MTG Wiki

Test card

A test card is nominally a "playtest card" but is actually featured in the Mystery Booster set and intended for play in limited formats.[1][2] Test cards feature various new mechanics: reflect, quadrupling, land tokens, etc. Some of these are similar to how Future Sight tested out new mechanics that later appeared in regular sets.[3][4]


Test cards feature black and white rectangles that look like they have been stickered on cards with a regular card frame of the appropriate color, with a funny placeholder name and art. They aren't considered to be Acorn cards and don't necessarily follow Acorn rules.[5] Although they explore unused design space, they all work in the official Magic rules.[6] The test cards were mostly created to be entertaining to look at and play a match or two with. They have not been put through the rigor that normal Magic cards, including Acorn cards, are put through. Mark Rosewater considers them more as entertainment content than as game content[7], and has expressed concern with people taking them too seriously.[8][9][10][11] Gavin Verhey remarked that the test cards range from things they would never do on actual cards to things they are interested in doing and want feedback on.[12]

Test cards are not meant for Constructed play, but may be used in Chaos Draft. Many were designed with Cube and Commander in mind.[13]


The test cards are illustrated by various R&D members.[14][15]


  1. David McCoy (November 7, 2019). "Magic’s Mystery Boosters Revealed". Hipsters of the Coast.
  2. Eli Shiffrin (November 11, 2019). "Mystery Booster Release Notes". Wizards of the Coast.
  3. Mark Rosewater (November 07, 2019). "Some of the play test cards are throw-forwards, like in Future Sight. Riiight?". Blogatog. Tumblr.
  4. Mark Rosewater (November 07, 2019). "What are the chances of some of these test cards getting tweaked and actually becoming cards?". Blogatog. Tumblr.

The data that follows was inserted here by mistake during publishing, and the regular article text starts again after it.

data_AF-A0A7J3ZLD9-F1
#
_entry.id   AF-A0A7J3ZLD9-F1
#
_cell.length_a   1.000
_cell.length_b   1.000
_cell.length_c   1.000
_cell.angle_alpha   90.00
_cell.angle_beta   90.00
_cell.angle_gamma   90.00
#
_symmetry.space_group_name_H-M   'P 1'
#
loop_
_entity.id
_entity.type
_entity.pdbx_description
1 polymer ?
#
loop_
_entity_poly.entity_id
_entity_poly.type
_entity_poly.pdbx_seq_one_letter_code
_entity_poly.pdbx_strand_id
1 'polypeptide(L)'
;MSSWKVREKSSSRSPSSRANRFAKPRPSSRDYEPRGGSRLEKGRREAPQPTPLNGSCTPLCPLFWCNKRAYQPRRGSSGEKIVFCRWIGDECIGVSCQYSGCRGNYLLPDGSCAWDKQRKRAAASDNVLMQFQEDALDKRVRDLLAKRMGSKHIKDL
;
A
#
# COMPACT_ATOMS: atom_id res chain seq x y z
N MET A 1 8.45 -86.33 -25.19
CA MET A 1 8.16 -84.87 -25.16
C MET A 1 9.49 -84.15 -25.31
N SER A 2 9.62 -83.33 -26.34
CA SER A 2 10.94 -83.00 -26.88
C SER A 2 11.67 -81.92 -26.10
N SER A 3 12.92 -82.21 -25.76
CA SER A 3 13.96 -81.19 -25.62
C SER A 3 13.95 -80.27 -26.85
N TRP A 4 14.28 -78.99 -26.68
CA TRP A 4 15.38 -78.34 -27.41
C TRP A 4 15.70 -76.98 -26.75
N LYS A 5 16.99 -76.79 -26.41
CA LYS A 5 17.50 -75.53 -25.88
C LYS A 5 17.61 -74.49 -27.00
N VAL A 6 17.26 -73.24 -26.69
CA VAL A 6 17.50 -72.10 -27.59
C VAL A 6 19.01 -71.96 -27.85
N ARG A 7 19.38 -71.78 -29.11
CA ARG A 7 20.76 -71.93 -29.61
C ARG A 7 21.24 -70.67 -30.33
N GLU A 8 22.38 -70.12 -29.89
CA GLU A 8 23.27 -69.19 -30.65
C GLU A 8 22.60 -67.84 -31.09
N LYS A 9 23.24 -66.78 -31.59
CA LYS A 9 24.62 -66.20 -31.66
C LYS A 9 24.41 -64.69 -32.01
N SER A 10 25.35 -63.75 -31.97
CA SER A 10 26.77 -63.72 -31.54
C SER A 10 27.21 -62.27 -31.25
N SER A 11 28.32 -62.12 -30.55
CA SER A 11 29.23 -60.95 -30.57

5. Mark Rosewater (November 07, 2019). "Does "Louvaq, the Aberrant" have protection from errata'd cards?". Blogatog. Tumblr.
  6. Gavin Verhey (November 07, 2019). "I want to definitely clarify: these aren't un-cards.". Twitter.
  7. Mark Rosewater (November 07, 2019). "Are the Test Cards you sneaking more silver border content into the world?". Blogatog. Tumblr.
  8. Mark Rosewater (November 12, 2019). "It seems that wizards might have mixed up their audiences.". Blogatog. Tumblr.
  9. Mark Rosewater (November 13, 2019). "If the playtest cards didn’t have Magic backs, would that have helped them feel less real?". Blogatog. Tumblr.
  10. Mark Rosewater (November 13, 2019). "I understand the playtest cards can't be considered real cards for many reasons.". Blogatog. Tumblr.
  11. Mark Rosewater (July 20, 2019). "With hindsight, do you think the Playtest cards were a mistake in terms?". Blogatog. Tumblr.
  12. Gavin Verhey (November 07, 2019). "The playtest cards range from things we'd never do to things we're interested in doing and want feedback on.". Twitter.
  13. Gavin Verhey (November 07, 2019). "But one more Mystery Booster thing.". Twitter.
  14. Mark Rosewater (November 07, 2019). "How was the artist chosen for each Mystery Booster playtest card?". Blogatog. Tumblr.
  15. Wizards of the Coast (November 11, 2019). "Mystery Booster Playtest Card Artists". Wizards of the Coast.